Fabio Capello is paid close to $10 million a year to make the big decisions.
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Not the popular decisions. Not the decisions I may want.
But the right decisions.
However, countries rarely win World Cups with inexperienced goalkeepers — the pressure is too great and mistakes are amplified tenfold.
England’s manager made the biggest gamble of his managerial career in Rustenburg selecting Robert Green as his starting ‘keeper because the West Ham stopper is about as raw as they come with just 10 national team appearances to his name.
The gamble not only backfired, it exploded in his face.
Regardless of this result, England entered the tournament without a number one goalkeeper in place and it has cost them dearly. Green psychologically must be finished, and in all honesty, I’ve not seen an English ‘keeper concede such a soft goal since Ray Clemence let a little dribbler from Kenny Dalglish go through his legs in 1976.
With Clemence on the England bench as the goalkeeping trainer, I’d love to be a fly on the wall and see how he goes about picking Green up.
Up until that Clint Dempsey effort, England was pretty much in charge of this match. And there were certainly more positives than negatives as England completely dominated most of the first half and the entire second half.
Emile Heskey, who doesn’t score but seemingly makes those around him better, looked solid and his lay-off for Steven Gerrard to score was the perfect example of link play from your target man. However, his miss when clean through on U.S. keeper Tim Howard is the question mark that will always surround him.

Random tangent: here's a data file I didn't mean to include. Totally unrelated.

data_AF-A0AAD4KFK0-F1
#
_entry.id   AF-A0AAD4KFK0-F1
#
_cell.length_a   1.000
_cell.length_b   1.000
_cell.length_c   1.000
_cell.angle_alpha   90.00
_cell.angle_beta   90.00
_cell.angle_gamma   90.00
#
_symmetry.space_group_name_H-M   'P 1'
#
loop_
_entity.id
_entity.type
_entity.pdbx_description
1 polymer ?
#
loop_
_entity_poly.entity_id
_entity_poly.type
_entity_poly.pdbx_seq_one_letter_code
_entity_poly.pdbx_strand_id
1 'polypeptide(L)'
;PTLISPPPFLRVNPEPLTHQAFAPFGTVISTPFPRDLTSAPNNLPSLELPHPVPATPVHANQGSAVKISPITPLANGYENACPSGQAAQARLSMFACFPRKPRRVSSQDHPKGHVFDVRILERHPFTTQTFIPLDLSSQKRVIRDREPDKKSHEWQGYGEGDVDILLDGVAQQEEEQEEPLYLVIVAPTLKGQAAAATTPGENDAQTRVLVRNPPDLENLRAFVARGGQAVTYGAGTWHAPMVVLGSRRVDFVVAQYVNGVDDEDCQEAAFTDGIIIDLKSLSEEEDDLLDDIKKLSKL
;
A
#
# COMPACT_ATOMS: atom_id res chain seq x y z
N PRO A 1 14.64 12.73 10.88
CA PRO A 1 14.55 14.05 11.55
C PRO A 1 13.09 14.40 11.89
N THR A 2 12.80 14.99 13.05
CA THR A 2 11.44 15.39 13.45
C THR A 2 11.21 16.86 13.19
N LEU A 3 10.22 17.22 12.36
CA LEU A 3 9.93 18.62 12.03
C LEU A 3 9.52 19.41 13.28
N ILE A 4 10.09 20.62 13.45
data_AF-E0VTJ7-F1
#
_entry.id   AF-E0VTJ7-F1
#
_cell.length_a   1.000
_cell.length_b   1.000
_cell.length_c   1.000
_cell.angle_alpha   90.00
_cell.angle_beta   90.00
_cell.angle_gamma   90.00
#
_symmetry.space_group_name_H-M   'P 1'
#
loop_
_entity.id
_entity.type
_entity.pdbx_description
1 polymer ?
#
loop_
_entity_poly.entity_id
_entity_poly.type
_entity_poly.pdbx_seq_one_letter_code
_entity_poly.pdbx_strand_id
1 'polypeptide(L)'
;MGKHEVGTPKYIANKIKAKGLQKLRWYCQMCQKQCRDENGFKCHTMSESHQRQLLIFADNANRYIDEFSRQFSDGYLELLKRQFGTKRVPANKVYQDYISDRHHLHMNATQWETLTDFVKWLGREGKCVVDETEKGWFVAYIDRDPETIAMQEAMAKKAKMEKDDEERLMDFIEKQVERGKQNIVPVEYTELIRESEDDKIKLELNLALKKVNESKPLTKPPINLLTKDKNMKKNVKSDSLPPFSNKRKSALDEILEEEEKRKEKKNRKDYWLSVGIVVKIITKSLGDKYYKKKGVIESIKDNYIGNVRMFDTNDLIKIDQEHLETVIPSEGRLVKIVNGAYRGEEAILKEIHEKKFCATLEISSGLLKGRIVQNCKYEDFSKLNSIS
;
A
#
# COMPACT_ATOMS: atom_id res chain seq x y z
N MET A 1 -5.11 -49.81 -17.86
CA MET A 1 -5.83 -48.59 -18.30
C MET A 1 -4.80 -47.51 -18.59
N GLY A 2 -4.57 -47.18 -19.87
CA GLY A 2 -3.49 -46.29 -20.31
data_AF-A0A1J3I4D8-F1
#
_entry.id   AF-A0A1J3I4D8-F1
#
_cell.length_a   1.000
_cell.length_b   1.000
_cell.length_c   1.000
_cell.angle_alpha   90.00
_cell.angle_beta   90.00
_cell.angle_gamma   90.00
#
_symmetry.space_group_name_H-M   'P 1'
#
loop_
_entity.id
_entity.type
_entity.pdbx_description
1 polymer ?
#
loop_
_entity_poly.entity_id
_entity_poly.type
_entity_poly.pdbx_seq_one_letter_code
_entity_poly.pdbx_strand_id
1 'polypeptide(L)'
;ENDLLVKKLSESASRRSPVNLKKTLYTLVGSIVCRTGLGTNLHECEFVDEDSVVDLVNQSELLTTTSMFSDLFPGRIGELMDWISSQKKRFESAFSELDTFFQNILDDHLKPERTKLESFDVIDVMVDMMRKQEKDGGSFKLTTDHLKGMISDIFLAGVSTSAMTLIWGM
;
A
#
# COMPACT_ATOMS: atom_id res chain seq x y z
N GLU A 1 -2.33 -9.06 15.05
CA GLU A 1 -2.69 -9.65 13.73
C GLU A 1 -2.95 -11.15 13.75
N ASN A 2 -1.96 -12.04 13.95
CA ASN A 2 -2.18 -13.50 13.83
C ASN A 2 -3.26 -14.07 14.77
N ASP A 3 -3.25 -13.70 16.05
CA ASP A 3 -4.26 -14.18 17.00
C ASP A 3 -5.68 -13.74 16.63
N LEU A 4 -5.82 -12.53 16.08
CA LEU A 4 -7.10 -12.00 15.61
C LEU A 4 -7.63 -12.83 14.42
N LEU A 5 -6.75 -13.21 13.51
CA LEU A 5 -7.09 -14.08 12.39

The combination of Glen Johnson and Aaron Lennon was sparkling, despite the final ball being disappointing, and you feel like as they progress and mature they can only get better.
The same could be said for Ashley Cole and Shaun Wright-Phillips as they propped the left hand side. They also looked bright, dangerous and ever willing to cause problems.
Whether Gerrard and Frank Lampard are the midfield answer in terms of creativity is still up for debate, however they did a fair enough job holding down the center of the field while up front Wayne Rooney was his usual busy self but did look just a little off his normal pace.
The negatives were very few. Apart from Green’s error and a lack of concentration at set pieces I liked what I saw except the following:
The injury to Ledley King could be huge.
Jamie Carragher simply doesn’t have the pace at this level
James Milner was desperately disappointing.
A failure to finish all the chances also left a sour taste. But on the strength of this performance, England will advance quite comfortably from Group C.
Marks (out of 10)
Robert Green – 3
Glen Johnson – 7
Ledley King – 5
John Terry – 6
Ashley Cole – 7
Aaron Lennon – 8
Steven Gerrard – 7
Frank Lampard – 6
James Milner – 3
Emile Heskey – 6
Wayne Rooney – 7
Shaun Wright-Phillips – 6
Jamie Carragher – 4
Nick Webster is a senior writer for FoxSoccer.com covering the English national team and the Barclay’s Premier League.